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LIGO, atomic-scale microscopy, and brain remodeling garner awards
June 2, 2016
On June 2, 2016, the Norwegian Academy of Science and Letters announced the winners of its 2016 Kavli prizes in astrophysics, nanoscience, and neuroscience. Ronald Drever and Kip Thorne of Caltech, and Rainer Weiss of MIT won the astrophysics prize for the direct detection of gravitational waves by the LIGO collaboration last year. Thorne and Weiss are both Fellows of the American Physical Society (APS), and the detection was published in the APS journal Physical Review Letters this year.
The nanoscience prize was awarded to Gerd Binnig (Definiens Inc.), Christoph Gerber (University of Basel), and Calvin Quate (Stanford University) for their development of atomic-force microscopy, which allows imaging of surfaces at a scale of nanometers. Quate is a Fellow of the APS.
Neuroscientists Eve Marder (Brandeis University), Michael Merzenich (University of California, San Francisco), and Carla Shatz (Stanford University) won the neuroscience prize for their work in understanding how the brain remodels itself in response to neural activity.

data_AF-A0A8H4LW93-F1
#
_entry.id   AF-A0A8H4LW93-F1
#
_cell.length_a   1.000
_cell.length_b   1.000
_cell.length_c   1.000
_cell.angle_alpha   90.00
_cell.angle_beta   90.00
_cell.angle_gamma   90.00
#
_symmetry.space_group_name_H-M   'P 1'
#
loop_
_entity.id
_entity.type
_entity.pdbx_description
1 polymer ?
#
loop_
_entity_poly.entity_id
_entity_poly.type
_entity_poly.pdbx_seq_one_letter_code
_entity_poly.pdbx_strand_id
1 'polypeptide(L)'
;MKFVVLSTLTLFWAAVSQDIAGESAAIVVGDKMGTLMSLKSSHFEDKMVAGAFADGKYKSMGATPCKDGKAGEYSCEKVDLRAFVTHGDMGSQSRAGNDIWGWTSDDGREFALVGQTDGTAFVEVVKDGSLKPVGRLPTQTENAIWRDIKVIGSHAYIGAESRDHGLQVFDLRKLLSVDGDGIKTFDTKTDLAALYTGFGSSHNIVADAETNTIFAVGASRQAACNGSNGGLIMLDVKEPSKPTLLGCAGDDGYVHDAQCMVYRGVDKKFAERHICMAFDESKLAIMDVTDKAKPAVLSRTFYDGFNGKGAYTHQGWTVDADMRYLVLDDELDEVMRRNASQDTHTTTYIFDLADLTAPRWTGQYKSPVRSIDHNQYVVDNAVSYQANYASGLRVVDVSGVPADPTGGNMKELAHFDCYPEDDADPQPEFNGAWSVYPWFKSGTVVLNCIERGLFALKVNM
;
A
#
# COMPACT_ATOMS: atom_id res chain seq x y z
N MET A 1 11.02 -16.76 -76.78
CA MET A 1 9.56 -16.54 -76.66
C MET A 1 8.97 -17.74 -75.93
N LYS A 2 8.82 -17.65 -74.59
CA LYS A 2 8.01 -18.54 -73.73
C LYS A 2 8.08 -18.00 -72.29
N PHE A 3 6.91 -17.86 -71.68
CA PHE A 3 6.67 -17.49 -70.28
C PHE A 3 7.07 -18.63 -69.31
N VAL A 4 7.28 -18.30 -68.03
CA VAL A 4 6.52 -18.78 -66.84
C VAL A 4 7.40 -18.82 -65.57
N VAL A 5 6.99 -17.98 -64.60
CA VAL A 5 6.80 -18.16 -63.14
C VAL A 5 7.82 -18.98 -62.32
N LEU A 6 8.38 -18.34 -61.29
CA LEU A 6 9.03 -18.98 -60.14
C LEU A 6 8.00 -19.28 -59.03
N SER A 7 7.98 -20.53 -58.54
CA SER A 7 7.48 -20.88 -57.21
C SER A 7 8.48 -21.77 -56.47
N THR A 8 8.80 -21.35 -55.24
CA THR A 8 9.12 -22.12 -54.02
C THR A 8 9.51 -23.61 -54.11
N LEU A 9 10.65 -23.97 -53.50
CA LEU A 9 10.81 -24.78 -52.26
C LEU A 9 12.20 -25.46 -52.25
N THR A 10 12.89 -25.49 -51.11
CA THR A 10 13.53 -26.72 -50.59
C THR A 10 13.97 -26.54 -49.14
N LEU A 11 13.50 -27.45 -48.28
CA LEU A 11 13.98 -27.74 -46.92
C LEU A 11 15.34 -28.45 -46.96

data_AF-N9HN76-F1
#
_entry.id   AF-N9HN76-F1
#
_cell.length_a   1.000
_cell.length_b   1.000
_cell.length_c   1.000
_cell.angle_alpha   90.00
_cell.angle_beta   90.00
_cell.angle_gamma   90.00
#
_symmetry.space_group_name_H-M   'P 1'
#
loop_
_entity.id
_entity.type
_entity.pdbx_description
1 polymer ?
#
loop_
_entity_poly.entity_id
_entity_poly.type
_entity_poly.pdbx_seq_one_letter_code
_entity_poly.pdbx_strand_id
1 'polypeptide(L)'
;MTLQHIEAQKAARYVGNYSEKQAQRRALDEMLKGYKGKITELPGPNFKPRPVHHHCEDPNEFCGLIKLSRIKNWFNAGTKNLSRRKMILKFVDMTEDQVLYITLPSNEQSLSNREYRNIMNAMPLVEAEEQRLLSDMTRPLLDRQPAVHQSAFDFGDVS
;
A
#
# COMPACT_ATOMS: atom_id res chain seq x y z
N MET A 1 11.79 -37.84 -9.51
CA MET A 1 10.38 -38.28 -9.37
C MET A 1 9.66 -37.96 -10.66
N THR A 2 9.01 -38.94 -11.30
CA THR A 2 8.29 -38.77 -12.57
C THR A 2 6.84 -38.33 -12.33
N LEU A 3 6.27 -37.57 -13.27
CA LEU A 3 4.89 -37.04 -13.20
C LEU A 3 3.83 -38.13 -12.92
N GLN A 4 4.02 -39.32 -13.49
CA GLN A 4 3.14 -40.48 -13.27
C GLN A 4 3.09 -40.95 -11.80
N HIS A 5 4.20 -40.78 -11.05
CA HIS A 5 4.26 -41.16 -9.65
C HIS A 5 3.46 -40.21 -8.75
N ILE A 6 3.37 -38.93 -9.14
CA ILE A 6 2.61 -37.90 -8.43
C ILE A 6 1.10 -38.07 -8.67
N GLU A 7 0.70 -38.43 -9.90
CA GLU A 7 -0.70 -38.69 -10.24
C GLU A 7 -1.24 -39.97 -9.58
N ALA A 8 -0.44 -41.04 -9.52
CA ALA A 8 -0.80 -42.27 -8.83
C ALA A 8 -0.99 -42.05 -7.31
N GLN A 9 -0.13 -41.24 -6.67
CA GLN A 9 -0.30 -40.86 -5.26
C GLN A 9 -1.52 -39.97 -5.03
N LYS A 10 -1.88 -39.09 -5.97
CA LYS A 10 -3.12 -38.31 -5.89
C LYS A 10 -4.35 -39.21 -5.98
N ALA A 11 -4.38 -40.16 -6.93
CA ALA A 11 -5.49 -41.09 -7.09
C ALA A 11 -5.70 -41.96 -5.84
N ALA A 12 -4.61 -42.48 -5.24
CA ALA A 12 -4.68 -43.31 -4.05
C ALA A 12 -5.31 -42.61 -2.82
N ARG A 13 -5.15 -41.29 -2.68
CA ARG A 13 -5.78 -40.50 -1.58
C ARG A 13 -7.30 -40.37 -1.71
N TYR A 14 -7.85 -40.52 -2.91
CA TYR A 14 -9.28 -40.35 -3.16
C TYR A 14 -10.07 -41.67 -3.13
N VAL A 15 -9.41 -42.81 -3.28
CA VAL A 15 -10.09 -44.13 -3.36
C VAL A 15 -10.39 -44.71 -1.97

According to the announcement, winners of each Kavli prize share a cash award of US$ 1 million. In addition, each receives a gold medal and a scroll. Today’s announcement was made by Ole M. Sejersted, President of the Norwegian Academy of Science and Letters, and transmitted live to New York as part of a World Science Festival event where France Córdova, Director of the National Science Foundation, delivered the keynote address.
First awarded in 2008, the Kavli Prize is a partnership between The Norwegian Academy of Science and Letters, The Kavli Foundation (U.S.), and The Norwegian Ministry of Education and Research. It is named after Fred Kavli, a Norwegian-born U.S. philanthropist and founder of The Kavli Foundation.